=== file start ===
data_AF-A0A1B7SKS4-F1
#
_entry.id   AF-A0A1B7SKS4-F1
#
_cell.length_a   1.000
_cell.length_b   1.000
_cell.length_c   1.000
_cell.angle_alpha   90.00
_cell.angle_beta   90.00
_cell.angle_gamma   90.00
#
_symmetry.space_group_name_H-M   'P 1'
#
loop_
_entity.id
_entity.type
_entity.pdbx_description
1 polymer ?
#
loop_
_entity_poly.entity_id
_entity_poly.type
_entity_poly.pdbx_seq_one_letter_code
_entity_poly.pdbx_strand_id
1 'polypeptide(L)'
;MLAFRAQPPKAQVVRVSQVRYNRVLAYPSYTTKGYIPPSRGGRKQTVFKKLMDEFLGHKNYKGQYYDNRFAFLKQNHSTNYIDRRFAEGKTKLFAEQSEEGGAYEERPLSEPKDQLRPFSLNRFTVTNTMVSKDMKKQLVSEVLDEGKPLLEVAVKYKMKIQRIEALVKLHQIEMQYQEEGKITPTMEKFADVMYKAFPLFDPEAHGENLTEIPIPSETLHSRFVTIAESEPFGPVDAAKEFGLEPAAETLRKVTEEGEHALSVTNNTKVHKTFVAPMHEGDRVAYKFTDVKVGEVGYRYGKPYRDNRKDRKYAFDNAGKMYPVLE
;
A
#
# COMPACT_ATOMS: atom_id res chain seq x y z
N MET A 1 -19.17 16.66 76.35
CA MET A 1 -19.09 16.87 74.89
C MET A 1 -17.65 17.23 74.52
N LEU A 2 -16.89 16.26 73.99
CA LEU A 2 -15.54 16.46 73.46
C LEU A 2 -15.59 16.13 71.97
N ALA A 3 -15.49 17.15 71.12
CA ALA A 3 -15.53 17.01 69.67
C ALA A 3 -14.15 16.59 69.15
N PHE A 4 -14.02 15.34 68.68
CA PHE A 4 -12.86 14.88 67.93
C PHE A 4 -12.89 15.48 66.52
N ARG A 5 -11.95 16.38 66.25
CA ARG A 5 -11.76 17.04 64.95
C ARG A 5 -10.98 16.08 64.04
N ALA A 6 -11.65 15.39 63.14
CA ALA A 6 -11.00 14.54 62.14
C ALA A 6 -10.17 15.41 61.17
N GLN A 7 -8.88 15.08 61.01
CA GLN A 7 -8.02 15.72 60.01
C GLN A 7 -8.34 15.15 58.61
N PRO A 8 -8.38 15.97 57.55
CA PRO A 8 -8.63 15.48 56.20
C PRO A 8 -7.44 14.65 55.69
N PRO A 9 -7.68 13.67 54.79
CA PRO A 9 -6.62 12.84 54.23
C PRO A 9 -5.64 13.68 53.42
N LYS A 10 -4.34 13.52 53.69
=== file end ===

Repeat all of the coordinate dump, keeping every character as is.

data_AF-A0A1B7SKS4-F1
#
_entry.id   AF-A0A1B7SKS4-F1
#
_cell.length_a   1.000
_cell.length_b   1.000
_cell.length_c   1.000
_cell.angle_alpha   90.00
_cell.angle_beta   90.00
_cell.angle_gamma   90.00
#
_symmetry.space_group_name_H-M   'P 1'
#
loop_
_entity.id
_entity.type
_entity.pdbx_description
1 polymer ?
#
loop_
_entity_poly.entity_id
_entity_poly.type
_entity_poly.pdbx_seq_one_letter_code
_entity_poly.pdbx_strand_id
1 'polypeptide(L)'
;MLAFRAQPPKAQVVRVSQVRYNRVLAYPSYTTKGYIPPSRGGRKQTVFKKLMDEFLGHKNYKGQYYDNRFAFLKQNHSTNYIDRRFAEGKTKLFAEQSEEGGAYEERPLSEPKDQLRPFSLNRFTVTNTMVSKDMKKQLVSEVLDEGKPLLEVAVKYKMKIQRIEALVKLHQIEMQYQEEGKITPTMEKFADVMYKAFPLFDPEAHGENLTEIPIPSETLHSRFVTIAESEPFGPVDAAKEFGLEPAAETLRKVTEEGEHALSVTNNTKVHKTFVAPMHEGDRVAYKFTDVKVGEVGYRYGKPYRDNRKDRKYAFDNAGKMYPVLE
;
A
#
# COMPACT_ATOMS: atom_id res chain seq x y z
N MET A 1 -19.17 16.66 76.35
CA MET A 1 -19.09 16.87 74.89
C MET A 1 -17.65 17.23 74.52
N LEU A 2 -16.89 16.26 73.99
CA LEU A 2 -15.54 16.46 73.46
C LEU A 2 -15.59 16.13 71.97
N ALA A 3 -15.49 17.15 71.12
CA ALA A 3 -15.53 17.01 69.67
C ALA A 3 -14.15 16.59 69.15
N PHE A 4 -14.02 15.34 68.68
CA PHE A 4 -12.86 14.88 67.93
C PHE A 4 -12.89 15.48 66.52
N ARG A 5 -11.95 16.38 66.25
CA ARG A 5 -11.76 17.04 64.95
C ARG A 5 -10.98 16.08 64.04
N ALA A 6 -11.65 15.39 63.14
CA ALA A 6 -11.00 14.54 62.14
C ALA A 6 -10.17 15.41 61.17
N GLN A 7 -8.88 15.08 61.01
CA GLN A 7 -8.02 15.72 60.01
C GLN A 7 -8.34 15.15 58.61
N PRO A 8 -8.38 15.97 57.55
CA PRO A 8 -8.63 15.48 56.20
C PRO A 8 -7.44 14.65 55.69
N PRO A 9 -7.68 13.67 54.79
CA PRO A 9 -6.62 12.84 54.23
C PRO A 9 -5.64 13.68 53.42
N LYS A 10 -4.34 13.52 53.69